Three Common Errors, S-Corporation Shareholders and W-2s
- Published: 12/20/2013
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S Corporations are the second most popular form of doing business in the United States. According to the IRS, there are nearly 4 million S corporations in the United States, second only to sole proprietorships. From the year 2000 to 2006, the number of S corporations in the United States grew by approximately 35%. There are now twice as many S corporations as C corporations in the United States. Tax returns filed by S Corporations, Form 1120S, account for 70% of corporate returns filed with the IRS.
Why S Corporations are Popular: There are three basic reasons S Corporations have grown in popularity. These include:
- The potential ability to deduct business losses on the shareholder’s personal return,
- Potential avoidance of the double taxation that can occur with the earnings and dividends of C Corporations, and
- The potential reduction of employment taxes.
Increasing Scrutiny: S Corporations can be a beneficial form of business entity - benefits which can include tax savings, so long as the rules that govern S corporation taxation are followed. Failure to follow these rules, however, is why a growing number of S corporations and their shareholders find themselves increasingly scrutinized by the IRS. This increased scrutiny stems from the Treasury Department’s increasing effectiveness in matching the items reported by S Corporations to the tax returns of their shareholders.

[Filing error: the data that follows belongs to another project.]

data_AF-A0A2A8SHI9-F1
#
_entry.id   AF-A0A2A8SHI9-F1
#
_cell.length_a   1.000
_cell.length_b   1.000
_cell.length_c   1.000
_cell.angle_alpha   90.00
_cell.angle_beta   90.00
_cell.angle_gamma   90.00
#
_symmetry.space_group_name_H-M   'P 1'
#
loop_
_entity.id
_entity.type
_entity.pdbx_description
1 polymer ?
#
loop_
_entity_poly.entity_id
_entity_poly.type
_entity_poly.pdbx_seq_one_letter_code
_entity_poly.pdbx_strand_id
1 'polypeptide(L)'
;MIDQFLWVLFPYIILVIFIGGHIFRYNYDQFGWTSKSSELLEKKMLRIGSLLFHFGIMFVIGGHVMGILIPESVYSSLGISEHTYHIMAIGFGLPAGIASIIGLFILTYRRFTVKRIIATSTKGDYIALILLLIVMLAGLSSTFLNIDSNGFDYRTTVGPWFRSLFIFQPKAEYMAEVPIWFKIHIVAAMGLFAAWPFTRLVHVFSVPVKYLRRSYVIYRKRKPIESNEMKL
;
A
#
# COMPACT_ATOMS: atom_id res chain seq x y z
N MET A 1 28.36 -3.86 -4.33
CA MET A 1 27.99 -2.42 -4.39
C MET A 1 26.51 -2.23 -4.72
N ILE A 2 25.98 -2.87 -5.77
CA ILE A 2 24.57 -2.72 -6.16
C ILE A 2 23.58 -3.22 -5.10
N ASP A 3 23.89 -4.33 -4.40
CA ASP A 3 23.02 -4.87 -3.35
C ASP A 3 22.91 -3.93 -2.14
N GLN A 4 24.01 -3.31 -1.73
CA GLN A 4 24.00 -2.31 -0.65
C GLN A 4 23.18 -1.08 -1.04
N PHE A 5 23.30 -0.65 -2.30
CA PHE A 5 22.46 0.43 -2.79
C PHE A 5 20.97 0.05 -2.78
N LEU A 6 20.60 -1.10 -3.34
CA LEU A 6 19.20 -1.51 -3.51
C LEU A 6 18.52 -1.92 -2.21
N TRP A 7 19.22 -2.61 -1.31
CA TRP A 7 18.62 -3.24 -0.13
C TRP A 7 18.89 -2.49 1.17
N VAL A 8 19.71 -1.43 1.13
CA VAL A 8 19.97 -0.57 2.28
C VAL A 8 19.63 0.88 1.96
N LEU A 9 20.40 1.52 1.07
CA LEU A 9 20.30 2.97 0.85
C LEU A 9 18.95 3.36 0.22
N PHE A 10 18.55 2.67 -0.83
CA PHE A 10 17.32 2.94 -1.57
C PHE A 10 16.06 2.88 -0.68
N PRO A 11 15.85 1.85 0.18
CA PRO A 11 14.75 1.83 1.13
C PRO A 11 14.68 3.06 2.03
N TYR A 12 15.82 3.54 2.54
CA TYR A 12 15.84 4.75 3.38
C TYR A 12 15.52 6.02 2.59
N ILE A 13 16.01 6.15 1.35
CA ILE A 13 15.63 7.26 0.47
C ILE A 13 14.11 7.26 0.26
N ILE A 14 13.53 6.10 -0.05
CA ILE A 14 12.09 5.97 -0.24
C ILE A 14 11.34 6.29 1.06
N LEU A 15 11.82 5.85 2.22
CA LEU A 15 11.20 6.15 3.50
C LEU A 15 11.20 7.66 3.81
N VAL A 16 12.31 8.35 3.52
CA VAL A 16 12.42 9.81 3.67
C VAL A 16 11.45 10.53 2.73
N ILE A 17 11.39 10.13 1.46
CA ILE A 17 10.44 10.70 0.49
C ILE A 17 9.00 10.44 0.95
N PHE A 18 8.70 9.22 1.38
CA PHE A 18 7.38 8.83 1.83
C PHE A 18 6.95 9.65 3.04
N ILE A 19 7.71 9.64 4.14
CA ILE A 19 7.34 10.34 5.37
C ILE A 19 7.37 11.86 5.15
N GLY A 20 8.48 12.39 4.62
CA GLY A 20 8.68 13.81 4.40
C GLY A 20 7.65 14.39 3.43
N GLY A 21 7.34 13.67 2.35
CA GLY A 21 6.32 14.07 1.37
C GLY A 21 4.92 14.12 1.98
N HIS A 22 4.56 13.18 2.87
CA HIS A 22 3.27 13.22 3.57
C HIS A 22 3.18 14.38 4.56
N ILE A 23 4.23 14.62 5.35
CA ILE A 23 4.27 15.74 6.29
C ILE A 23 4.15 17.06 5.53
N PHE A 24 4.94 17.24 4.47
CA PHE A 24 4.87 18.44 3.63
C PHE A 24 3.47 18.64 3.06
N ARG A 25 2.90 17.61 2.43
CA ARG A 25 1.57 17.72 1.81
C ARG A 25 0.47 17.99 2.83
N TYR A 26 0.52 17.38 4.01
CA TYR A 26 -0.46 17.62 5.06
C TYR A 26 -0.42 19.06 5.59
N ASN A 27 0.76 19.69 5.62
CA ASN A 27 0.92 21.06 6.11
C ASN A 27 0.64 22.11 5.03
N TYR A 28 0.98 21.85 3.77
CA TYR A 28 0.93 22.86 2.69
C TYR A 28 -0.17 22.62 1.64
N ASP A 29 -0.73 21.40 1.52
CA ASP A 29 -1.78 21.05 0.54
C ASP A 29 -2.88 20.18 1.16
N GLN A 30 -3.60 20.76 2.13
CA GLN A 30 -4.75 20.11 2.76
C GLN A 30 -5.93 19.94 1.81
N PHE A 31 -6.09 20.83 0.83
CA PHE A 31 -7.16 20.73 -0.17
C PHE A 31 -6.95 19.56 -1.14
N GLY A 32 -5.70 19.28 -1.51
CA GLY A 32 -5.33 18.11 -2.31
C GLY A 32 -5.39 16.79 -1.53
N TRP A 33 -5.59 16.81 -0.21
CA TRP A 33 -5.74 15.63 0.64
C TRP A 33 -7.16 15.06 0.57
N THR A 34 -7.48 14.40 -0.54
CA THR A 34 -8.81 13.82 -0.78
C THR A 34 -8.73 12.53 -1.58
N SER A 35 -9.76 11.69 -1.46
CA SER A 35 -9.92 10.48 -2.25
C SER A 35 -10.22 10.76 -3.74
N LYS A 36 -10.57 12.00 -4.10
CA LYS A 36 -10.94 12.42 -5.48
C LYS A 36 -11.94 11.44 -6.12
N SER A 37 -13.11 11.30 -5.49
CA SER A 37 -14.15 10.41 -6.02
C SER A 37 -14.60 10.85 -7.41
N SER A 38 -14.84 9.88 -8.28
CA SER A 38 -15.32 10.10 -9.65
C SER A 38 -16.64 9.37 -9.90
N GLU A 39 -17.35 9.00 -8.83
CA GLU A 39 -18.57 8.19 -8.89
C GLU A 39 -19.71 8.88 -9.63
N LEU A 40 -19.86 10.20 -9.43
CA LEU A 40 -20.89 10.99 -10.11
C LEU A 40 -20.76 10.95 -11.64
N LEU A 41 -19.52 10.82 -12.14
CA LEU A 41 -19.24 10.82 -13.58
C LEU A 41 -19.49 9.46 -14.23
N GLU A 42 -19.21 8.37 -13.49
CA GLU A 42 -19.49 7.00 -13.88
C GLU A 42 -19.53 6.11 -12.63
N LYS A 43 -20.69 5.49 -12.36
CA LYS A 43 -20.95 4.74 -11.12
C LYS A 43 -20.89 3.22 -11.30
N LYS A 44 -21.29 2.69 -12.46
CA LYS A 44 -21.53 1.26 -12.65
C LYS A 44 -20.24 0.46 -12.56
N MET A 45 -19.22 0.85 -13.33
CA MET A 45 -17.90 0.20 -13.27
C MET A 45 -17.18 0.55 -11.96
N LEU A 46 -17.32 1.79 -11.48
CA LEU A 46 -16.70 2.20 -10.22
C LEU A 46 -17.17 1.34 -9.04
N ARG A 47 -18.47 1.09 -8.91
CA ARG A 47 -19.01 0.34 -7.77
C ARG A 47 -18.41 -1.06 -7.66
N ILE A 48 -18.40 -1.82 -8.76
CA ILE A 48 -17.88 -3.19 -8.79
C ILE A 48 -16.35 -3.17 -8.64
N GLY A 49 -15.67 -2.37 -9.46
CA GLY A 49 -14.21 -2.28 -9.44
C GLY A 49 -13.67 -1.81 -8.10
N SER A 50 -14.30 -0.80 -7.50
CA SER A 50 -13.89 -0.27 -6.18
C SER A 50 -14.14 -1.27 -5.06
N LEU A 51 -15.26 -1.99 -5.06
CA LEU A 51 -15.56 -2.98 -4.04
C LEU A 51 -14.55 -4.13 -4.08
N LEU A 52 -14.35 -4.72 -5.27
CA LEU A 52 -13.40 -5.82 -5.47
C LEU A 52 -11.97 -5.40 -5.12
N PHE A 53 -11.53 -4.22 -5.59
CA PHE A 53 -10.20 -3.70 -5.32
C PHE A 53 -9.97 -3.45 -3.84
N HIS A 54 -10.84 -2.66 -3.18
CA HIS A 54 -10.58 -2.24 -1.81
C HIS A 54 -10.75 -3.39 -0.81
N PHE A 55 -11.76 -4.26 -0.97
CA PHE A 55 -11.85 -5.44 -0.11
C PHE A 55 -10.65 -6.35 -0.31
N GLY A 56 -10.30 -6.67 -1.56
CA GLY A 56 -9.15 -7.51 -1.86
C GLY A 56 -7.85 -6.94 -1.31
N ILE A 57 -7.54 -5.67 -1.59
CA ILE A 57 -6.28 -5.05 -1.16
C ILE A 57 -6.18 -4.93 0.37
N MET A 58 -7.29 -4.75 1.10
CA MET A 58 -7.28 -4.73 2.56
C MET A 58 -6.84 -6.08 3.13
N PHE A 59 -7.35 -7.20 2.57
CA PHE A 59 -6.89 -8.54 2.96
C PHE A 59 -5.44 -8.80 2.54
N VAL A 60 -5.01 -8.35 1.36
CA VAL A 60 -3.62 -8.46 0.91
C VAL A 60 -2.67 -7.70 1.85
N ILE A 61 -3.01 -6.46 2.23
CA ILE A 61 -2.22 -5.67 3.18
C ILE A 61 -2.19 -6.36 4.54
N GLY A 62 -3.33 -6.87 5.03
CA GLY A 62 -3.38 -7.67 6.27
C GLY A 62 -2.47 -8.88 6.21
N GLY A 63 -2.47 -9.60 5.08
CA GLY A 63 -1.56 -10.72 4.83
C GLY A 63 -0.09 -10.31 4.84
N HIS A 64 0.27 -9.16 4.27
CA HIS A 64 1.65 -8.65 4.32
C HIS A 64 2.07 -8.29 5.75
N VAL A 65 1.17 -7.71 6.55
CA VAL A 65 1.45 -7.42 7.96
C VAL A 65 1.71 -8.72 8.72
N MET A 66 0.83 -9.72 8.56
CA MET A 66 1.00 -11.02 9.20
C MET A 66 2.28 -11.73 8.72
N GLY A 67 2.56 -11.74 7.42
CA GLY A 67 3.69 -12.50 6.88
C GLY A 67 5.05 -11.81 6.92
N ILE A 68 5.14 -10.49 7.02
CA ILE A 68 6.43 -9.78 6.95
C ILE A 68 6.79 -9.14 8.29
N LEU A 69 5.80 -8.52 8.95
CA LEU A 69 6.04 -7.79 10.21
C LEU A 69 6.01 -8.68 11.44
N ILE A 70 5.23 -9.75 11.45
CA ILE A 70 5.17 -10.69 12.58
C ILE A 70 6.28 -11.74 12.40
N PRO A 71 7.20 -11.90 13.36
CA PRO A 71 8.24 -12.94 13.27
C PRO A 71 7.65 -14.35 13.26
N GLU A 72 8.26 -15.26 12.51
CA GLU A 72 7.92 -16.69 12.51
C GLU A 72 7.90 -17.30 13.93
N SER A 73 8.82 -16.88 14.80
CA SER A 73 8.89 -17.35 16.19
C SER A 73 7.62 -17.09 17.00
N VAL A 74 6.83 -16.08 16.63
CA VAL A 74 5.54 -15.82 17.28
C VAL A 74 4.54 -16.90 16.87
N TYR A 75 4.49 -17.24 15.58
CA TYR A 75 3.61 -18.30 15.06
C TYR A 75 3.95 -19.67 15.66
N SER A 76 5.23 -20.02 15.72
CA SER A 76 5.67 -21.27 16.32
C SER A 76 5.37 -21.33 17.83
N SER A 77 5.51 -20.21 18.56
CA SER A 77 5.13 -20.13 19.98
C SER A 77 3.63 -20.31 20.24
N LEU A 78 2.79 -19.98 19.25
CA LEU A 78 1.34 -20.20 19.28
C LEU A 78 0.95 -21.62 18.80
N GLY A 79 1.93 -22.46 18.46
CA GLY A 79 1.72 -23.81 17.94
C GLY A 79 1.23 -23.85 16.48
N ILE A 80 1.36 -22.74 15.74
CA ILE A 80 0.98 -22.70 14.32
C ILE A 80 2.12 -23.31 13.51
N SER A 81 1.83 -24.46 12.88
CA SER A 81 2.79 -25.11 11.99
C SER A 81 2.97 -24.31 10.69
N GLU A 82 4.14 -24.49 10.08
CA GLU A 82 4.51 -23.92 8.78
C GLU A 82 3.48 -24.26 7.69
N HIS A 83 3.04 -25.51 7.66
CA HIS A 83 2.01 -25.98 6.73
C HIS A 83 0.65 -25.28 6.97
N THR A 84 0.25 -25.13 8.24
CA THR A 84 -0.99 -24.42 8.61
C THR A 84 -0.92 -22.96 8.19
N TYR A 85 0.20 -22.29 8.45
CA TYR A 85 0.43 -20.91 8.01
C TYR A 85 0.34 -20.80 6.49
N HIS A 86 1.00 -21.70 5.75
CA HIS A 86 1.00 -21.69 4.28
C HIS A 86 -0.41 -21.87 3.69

Three Common W-2 Errors
Although there are many ways shareholders can run afoul of IRS rules, this column will look at three of the most common which impact W-2 reporting:
- Failing to a pay reasonable wage to shareholder-employees on Form W-2,
- Not reporting the personal use of a company owned vehicle as compensation on the shareholder’s W-2, and,
- Misreporting shareholder health insurance in Box 1 of Form W-2.
Error 1: Reasonable Wage:
As mentioned above, one of the benefits of S corporation ownership is the potential ability of the owner to reduce employment taxes. Perhaps the most common and potentially costly mistake made by S corporations is failing to pay a reasonable wage to shareholders for services provided to the business. Noncompliance in this area is so pervasive that the Treasury Inspector General stated the following in a 2005 report (2005-30-080):
- In tax year 2000, over 36,000 single-owner S corporation with net incomes of over $100,000 reported no W-2 income to owner-officers on their corporate returns.
- These same 36,000 corporations distributed over $13 billion in profits to their owners without paying a penny in payroll taxes.
- In 2000, single-owner shareholders paid $5.7 billion less in payroll taxes than they would if they had been taxed as sole proprietors.
A 2009 General Accounting Office Study (GAO-10-195) reinforced the need for increased S Corporation scrutiny when it found that in 2003 and 2004, S corporations under-reported owner compensation by over $24 billion. Considering the tax revenues lost due to non-compliant S corporations, the growing national debt, and the size of the Tax Gap (a measure of tax revenues lost due to noncompliant tax payers) it is really no surprise that S corporations are becoming the focus of increased enforcement efforts. This focus is expected to become even more targeted due to the impact wage calculation has in calculating the new 0.9% Medicare Surtax and the 3.8% Net Investment Income Tax which are part of the Affordable Care Act.